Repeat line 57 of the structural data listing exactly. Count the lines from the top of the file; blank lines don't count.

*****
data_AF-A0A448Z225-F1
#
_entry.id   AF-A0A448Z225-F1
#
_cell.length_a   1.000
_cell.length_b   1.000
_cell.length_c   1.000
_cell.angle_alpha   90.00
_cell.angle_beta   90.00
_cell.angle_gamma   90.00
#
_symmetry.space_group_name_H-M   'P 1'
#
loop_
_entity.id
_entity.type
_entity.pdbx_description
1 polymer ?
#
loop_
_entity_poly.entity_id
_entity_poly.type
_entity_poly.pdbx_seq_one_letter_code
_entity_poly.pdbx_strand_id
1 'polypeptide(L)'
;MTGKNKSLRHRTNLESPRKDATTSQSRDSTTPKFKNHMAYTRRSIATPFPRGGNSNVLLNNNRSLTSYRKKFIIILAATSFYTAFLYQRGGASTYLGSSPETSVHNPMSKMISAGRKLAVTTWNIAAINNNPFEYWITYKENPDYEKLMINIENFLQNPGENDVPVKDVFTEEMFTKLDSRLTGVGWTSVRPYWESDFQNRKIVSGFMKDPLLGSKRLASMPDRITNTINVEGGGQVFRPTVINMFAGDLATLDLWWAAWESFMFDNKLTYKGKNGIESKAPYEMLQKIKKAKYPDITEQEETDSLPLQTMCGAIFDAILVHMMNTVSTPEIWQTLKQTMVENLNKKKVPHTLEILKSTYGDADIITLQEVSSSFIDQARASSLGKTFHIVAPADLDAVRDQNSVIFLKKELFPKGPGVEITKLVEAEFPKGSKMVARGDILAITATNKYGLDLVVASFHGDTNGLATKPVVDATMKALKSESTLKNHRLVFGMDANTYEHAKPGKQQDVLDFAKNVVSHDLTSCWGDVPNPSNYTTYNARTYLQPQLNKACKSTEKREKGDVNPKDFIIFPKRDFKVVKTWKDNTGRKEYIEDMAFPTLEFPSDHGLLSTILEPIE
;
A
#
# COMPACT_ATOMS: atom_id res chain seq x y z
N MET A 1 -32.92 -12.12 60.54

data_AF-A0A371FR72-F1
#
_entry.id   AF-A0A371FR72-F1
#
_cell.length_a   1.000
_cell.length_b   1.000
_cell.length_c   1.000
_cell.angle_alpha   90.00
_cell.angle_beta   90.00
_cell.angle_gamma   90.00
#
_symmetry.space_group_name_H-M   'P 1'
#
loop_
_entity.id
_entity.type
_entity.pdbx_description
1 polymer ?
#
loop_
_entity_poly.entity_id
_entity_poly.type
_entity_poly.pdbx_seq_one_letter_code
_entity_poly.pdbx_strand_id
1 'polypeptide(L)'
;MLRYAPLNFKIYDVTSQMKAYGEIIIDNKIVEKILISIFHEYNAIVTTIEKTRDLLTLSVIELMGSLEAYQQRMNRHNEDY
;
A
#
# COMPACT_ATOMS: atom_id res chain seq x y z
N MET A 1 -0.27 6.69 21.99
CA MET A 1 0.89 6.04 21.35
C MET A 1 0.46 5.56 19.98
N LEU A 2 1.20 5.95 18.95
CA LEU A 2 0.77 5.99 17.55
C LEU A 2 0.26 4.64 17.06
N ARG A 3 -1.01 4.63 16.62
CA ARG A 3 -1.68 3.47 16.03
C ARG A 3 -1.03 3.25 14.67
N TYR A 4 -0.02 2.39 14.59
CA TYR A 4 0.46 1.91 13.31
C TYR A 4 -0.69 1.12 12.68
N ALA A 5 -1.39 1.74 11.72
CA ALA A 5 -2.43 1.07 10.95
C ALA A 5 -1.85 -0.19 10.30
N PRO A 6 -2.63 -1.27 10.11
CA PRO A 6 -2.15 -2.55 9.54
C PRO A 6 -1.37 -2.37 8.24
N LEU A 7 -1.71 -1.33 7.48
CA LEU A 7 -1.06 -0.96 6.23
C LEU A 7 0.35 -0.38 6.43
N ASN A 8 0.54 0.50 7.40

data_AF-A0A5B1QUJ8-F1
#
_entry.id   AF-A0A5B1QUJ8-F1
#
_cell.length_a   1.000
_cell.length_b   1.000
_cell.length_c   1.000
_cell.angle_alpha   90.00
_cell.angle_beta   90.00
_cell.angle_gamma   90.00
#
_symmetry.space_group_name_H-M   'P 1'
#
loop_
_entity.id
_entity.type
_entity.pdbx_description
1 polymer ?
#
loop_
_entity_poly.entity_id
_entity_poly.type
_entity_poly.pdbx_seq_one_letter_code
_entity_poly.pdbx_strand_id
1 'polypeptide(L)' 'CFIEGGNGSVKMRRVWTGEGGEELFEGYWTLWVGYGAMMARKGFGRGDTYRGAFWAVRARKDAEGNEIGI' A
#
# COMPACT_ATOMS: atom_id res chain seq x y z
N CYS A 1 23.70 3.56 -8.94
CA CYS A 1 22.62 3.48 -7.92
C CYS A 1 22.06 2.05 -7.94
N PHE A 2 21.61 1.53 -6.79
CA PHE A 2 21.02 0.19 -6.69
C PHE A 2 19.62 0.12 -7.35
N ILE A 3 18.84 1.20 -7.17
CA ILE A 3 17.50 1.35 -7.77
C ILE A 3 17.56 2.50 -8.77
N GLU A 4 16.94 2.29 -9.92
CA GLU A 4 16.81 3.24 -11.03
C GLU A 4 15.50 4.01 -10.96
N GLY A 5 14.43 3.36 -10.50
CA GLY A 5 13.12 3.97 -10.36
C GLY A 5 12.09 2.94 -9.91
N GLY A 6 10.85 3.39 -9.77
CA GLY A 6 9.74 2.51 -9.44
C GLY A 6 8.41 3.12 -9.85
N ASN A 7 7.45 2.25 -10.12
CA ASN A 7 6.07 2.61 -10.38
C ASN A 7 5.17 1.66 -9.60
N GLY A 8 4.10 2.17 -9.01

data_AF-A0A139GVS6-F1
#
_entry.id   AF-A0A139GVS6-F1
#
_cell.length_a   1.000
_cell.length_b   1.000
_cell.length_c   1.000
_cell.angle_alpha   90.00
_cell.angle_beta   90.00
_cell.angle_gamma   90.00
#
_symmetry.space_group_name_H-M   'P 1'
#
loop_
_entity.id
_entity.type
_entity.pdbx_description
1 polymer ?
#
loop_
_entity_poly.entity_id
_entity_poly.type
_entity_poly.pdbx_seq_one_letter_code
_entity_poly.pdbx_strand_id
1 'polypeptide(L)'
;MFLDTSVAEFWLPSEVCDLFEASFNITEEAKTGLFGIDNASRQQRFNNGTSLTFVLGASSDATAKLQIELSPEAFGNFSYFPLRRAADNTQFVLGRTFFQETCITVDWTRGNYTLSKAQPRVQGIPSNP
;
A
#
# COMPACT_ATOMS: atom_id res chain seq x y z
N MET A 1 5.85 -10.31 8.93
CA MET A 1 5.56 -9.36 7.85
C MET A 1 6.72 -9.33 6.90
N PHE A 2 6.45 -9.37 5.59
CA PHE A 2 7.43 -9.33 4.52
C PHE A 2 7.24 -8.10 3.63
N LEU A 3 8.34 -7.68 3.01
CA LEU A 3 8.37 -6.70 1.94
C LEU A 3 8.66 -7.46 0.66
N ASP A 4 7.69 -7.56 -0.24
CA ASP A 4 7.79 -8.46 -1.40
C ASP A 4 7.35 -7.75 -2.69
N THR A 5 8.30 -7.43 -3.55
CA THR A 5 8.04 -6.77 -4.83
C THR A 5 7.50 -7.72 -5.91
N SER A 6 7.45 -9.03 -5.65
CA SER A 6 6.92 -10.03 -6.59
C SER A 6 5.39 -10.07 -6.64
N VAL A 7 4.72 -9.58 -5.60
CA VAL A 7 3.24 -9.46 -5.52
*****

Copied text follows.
;MLRYAPLNFKIYDVTSQMKAYGEIIIDNKIVEKILISIFHEYNAIVTTIEKTRDLLTLSVIELMGSLEAYQQRMNRHNEDY